ARB Approves 1998 Hotspots Fees
SACRAMENTO - The California Air Resources Board (ARB) today approved toxic hotspots fees for recovering state costs and to fund seven California air pollution control districts that requested the state to set fees for their programs to control toxic air contaminants.
ARB Chairman John Dunlap said, "The success of this program can be determined by noting that more than 1,000 facilities have reduced their emissions far enough during the past year to be removed from any fee requirements. In addition, the program has become more efficient and allowed the ARB to cut program operating costs by 35 percent from last year's levels."
The fees for the 1998 program total $1.35 million down from last year's $2 million operating costs. Those fees are used to monitor emissions and pursue control strategies that will reduce facilities to levels considered safe. The reductions from last year reflect scale backs in the program as facilities clean up their emissions and are released from the program.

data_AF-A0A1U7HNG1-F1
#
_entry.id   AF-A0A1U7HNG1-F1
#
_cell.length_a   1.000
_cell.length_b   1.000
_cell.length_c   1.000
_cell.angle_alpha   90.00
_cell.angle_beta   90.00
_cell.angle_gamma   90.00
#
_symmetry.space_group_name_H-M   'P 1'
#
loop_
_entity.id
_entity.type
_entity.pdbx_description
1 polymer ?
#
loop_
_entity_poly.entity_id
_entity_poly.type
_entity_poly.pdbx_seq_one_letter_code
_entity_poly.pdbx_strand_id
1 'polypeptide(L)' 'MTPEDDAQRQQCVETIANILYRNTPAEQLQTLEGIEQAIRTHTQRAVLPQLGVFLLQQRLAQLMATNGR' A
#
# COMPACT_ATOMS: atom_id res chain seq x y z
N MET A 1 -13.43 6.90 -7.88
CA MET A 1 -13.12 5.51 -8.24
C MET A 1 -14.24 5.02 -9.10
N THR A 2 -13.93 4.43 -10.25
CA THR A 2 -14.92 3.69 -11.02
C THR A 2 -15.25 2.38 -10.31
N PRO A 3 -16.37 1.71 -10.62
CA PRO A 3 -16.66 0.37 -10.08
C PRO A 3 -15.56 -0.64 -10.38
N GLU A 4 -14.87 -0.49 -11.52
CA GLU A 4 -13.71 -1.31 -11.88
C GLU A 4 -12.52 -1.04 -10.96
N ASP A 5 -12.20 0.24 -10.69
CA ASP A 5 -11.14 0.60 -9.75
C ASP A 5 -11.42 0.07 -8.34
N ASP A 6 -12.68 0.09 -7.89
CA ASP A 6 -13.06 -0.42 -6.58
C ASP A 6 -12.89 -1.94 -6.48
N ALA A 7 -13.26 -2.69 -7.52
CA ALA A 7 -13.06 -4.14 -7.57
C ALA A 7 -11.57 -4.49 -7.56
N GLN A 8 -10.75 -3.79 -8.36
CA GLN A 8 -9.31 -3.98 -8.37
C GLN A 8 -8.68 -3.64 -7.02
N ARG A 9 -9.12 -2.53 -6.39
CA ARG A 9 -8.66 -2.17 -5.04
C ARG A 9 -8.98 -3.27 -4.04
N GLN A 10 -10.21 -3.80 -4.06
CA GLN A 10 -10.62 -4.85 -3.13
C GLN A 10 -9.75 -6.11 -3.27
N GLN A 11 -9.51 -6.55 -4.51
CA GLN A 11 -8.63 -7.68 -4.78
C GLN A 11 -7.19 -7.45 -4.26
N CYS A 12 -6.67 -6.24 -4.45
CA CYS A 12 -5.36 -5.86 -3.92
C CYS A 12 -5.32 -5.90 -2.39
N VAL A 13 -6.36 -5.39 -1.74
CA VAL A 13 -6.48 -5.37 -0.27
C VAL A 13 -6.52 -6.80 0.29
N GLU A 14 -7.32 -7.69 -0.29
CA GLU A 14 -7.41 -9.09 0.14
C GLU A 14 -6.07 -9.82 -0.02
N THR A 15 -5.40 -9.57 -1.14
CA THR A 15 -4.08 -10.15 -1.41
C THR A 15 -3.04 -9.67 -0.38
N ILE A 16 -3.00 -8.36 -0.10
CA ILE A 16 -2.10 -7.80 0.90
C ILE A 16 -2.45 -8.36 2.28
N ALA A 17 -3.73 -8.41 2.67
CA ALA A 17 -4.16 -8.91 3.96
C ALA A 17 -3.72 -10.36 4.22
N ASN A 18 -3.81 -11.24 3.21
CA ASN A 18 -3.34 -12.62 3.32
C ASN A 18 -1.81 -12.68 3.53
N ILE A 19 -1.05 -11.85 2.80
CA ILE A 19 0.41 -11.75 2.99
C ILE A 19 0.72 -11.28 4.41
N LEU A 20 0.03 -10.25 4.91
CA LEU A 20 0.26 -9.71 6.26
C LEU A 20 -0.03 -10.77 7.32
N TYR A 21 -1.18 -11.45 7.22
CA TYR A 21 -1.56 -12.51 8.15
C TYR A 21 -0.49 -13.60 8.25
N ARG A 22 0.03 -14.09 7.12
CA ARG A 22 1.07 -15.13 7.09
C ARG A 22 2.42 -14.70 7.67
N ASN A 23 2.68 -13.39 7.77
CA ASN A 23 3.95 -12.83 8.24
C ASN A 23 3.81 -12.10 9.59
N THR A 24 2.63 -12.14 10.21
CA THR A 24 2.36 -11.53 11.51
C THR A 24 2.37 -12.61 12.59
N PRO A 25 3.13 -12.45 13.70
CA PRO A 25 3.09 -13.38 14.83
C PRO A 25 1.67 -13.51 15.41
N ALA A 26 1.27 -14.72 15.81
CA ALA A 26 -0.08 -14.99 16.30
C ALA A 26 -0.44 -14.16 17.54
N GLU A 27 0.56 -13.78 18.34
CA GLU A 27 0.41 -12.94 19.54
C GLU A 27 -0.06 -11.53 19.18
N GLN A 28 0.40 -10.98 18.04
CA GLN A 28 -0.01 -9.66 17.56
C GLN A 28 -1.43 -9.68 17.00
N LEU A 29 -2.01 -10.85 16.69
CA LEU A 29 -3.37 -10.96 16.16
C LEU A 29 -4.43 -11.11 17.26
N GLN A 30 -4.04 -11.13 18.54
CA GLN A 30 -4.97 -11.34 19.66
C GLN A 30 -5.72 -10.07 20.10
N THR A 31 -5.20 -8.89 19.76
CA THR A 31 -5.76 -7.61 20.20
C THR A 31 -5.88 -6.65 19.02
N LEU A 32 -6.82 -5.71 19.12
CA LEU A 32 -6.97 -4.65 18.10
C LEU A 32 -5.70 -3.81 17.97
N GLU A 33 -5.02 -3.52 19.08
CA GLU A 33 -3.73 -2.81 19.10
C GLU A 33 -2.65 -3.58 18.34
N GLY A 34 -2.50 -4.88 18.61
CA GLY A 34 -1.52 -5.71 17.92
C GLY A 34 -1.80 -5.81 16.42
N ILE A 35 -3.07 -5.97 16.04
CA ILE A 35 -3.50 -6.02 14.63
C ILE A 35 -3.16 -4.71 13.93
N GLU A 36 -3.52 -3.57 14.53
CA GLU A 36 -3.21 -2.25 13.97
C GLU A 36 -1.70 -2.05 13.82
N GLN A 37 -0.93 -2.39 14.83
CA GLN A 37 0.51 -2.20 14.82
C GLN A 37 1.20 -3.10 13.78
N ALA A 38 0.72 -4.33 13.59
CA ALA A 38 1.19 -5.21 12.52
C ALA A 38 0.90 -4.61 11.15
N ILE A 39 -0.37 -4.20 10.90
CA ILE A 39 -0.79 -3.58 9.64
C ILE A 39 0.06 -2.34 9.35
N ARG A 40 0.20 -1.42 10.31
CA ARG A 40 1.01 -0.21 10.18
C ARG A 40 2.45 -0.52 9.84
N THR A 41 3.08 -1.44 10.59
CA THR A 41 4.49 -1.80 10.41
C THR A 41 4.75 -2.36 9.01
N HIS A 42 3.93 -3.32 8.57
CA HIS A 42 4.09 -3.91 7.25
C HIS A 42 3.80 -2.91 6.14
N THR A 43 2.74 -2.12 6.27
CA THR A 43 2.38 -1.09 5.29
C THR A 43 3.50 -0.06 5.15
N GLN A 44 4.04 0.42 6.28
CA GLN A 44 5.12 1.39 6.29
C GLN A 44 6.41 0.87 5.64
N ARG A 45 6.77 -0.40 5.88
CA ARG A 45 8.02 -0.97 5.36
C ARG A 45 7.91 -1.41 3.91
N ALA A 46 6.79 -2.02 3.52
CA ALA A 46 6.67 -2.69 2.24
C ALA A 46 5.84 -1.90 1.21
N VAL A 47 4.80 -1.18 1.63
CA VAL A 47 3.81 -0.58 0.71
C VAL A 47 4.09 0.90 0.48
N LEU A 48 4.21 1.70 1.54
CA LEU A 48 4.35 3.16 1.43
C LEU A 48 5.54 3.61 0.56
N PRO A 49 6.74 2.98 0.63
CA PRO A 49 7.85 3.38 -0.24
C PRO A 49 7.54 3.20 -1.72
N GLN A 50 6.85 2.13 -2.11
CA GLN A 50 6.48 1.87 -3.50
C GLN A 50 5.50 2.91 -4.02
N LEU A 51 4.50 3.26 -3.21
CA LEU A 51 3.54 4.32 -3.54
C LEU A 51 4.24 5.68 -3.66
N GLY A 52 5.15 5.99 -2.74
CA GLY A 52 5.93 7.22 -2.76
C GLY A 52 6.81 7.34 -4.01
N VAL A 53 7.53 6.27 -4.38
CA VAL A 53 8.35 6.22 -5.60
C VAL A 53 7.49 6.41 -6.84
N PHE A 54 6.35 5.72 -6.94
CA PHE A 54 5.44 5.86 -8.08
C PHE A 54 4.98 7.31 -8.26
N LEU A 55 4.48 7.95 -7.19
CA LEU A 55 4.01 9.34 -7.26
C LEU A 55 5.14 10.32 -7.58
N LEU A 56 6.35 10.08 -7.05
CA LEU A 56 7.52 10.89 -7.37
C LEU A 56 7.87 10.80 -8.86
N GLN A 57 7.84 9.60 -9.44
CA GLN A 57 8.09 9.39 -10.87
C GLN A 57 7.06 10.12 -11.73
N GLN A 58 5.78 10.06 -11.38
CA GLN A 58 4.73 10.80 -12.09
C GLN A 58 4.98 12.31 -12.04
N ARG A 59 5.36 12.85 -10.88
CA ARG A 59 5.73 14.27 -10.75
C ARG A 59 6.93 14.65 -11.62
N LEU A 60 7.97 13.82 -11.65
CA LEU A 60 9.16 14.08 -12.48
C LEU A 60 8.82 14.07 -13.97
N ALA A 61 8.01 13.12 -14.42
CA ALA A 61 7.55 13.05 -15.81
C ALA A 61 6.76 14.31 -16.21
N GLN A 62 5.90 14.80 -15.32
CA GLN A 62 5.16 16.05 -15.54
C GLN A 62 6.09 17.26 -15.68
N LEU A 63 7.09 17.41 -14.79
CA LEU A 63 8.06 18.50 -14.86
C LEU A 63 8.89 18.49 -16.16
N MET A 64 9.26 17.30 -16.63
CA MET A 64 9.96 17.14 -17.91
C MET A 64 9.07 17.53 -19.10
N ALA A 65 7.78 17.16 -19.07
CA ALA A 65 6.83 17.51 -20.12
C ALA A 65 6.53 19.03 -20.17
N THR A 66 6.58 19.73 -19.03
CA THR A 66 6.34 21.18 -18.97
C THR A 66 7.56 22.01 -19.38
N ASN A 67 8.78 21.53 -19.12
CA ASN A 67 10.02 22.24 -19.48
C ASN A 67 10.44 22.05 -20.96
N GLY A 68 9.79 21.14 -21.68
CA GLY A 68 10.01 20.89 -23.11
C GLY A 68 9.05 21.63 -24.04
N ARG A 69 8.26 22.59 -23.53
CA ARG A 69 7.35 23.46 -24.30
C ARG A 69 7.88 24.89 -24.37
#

While more than 1,000 facilities have been removed from the program, those remaining in the program are likely to be assessed higher fees according to the toxicity of the compounds they handle and their proximity to residential areas. For example, industrywide facilities such as gasoline service stations and dry cleaners, which are now contributing a larger portion of the overall risk, will pay fees of $25 per year up from the former $15 per year assessment fee.
"The program is operating as the Legislature intended," Dunlap added. "As more facilities comply with the program, emissions will continue to drop."
The fees apply in the seven air quality districts that participate in the ARB program: South Coast and Tuolumne Air Quality Management Districts, Great Basin, Imperial, Lassen, Santa Barbara and Mojave Desert Air Pollution Control Districts. The fees are used to support the program work by the ARB and the Office of Environmental Health Hazard Assessment. The state's remaining air pollution control districts operate their own programs and set fees to run those local programs according to guidelines set by the California Air Pollution Control Officers Association.